|362: The Sign of the Theotokos, Montreal, Canada|
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Mystery Worshipper: The Waiter.
The church: The Sign of the Theotokos, Montreal, Canada.
Denomination: Orthodox Church in America, Archdiocese of Ottawa and Canada.
The building: On the outside it is a somewhat shabby brick building. The fierce Montreal winters force the occupants to keep an ugly aluminum vestibule outside the front doors. This building was formerly the home of the Syriac Orthodox parish of St James who rebuilt the church after it was gutted by fire. Before that it was some random Protestant church. The interior, however, is bright and immaculately clean. Oddly there are a few pews placed in the middle of the nave. There is no iconostasis screening the sanctuary from the nave. The facade pipes of the organ remain on the north and south walls of the sanctuary, but the unused organ console is draped and hidden with a rug. A modest-sized icon of The Sign of the Theotokos is positioned in the customary place on the east wall behind the altar. Two icons the icon of Christ and the icon of the Theotokos flank and stand slightly west of the altar.
The church: The Sign is an Anglophone Orthodox Church in Francophone Montreal. They are apparently an offshoot of the Russian-speaking cathedral in Montreal. Their answering machine talks to you in English, French, Russian, and Greek.
The neighbourhood: Mixed commercial/residential, typical of Montreal. It is a block from the Laurier metro stop.
The cast: The Very Reverend John Tkachuk, rector.
Comment: We have received a comment on this report.
What was the name of the service?
How full was the building?
We were about 20, including the four in the choir, the choir director, the priest, and one woman religious. Not bad for Saturday evening at 6.00pm. We could have accommodated about 150 more.
Did anyone welcome you personally?
No one greeted me, but the Orthodox sensibly assume you're there to meet with God and so tend to not try to intercept incoming worshipers.
Was your pew comfortable?
It was odd that there were pews at all. Not being accustomed to them when I'm in Orthodox churches, I stood the entire time and didn't try them out for comfort. I had been tramping around Mont Royal and the shopping district along Rue St Denis for several hours beforehand, so I was sweaty and my feet ached before the service started. The industrial carpeting in the aisles was pretty thin, so my feet ached even more by the time the service was over, a quick 45 minutes later.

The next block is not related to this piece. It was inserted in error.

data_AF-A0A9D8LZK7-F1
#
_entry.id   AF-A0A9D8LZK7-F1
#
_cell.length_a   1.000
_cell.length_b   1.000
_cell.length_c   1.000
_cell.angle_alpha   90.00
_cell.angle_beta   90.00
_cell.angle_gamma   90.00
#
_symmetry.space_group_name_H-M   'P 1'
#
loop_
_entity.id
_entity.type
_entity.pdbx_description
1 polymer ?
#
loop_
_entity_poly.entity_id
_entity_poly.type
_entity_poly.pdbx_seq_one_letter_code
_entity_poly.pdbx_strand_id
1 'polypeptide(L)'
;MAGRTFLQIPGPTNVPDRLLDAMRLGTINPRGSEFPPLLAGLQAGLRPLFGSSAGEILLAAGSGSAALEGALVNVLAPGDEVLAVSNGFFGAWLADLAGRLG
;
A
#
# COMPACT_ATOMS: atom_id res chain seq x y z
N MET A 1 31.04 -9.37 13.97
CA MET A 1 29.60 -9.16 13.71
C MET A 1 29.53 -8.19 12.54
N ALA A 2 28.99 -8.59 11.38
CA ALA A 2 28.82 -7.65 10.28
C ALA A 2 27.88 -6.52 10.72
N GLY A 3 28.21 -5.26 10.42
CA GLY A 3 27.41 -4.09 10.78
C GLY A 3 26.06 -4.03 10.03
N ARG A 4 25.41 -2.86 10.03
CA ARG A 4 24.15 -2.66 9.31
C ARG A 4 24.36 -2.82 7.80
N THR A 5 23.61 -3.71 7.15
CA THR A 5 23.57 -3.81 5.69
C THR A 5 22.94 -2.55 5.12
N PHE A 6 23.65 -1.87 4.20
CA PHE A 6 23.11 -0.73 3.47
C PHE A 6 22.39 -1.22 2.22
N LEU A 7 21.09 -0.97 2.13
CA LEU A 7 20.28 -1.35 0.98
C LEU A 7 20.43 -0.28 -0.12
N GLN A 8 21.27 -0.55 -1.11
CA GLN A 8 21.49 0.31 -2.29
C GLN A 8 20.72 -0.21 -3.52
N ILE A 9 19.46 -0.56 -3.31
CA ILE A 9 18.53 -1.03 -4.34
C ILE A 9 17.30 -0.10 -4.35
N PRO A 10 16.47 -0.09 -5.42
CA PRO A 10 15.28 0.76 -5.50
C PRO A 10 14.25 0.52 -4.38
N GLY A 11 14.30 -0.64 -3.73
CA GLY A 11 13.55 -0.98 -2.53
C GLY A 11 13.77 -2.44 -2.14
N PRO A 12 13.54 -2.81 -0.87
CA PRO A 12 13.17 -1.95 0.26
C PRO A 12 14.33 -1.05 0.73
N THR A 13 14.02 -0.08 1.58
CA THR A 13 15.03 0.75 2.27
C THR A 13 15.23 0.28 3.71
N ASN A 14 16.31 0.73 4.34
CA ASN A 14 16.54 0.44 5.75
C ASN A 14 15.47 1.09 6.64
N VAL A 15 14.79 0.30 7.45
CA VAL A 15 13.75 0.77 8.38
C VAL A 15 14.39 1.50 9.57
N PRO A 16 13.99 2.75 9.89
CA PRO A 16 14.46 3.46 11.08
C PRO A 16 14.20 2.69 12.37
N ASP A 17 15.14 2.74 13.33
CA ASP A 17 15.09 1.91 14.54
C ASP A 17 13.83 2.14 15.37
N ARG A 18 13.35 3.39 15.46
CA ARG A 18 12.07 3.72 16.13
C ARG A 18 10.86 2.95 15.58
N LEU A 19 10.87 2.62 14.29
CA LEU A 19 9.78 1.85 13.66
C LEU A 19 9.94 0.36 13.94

How would you describe the pre-service atmosphere?
When I arrived and was reverencing the icons, a recording of bells was played. There was no conversation. The church was completely silent, except when the front door slammed shut following someone's entry. After a family came in, there was a continuous commotion from the small children, but hardly to notice.
What were the exact opening words of the service?
"Blessed is our God, always, now and ever and unto the ages of ages! Amen!"
What books did the congregation use during the service?
The choir sung the service from loose-leaf binders. The congregation neither used nor needed any books.
What musical instruments were played?
Of course the organ left behind by the Syrians was silent. The priest and the thin choir of five voices sang the entire service.
Did anything distract you?
The congregation has an unobstructed view of the sanctuary. It was a novelty to see the priest put on and take off his vestments, fuss with the censer and gather up the book for the next part of the service. Really the only distraction was the way the priest was constrained to leave and enter the sanctuary. There being no iconastasis, there are of course no Royal Doors in the center and no Deacon Door to either side. Nevertheless, the priest left the sanctuary to the north, hard by the organ console, as through the north deacon door, and returned to the sanctuary as through the south door. The congregation has been in this building for only a year, so they are still conforming it to their needs.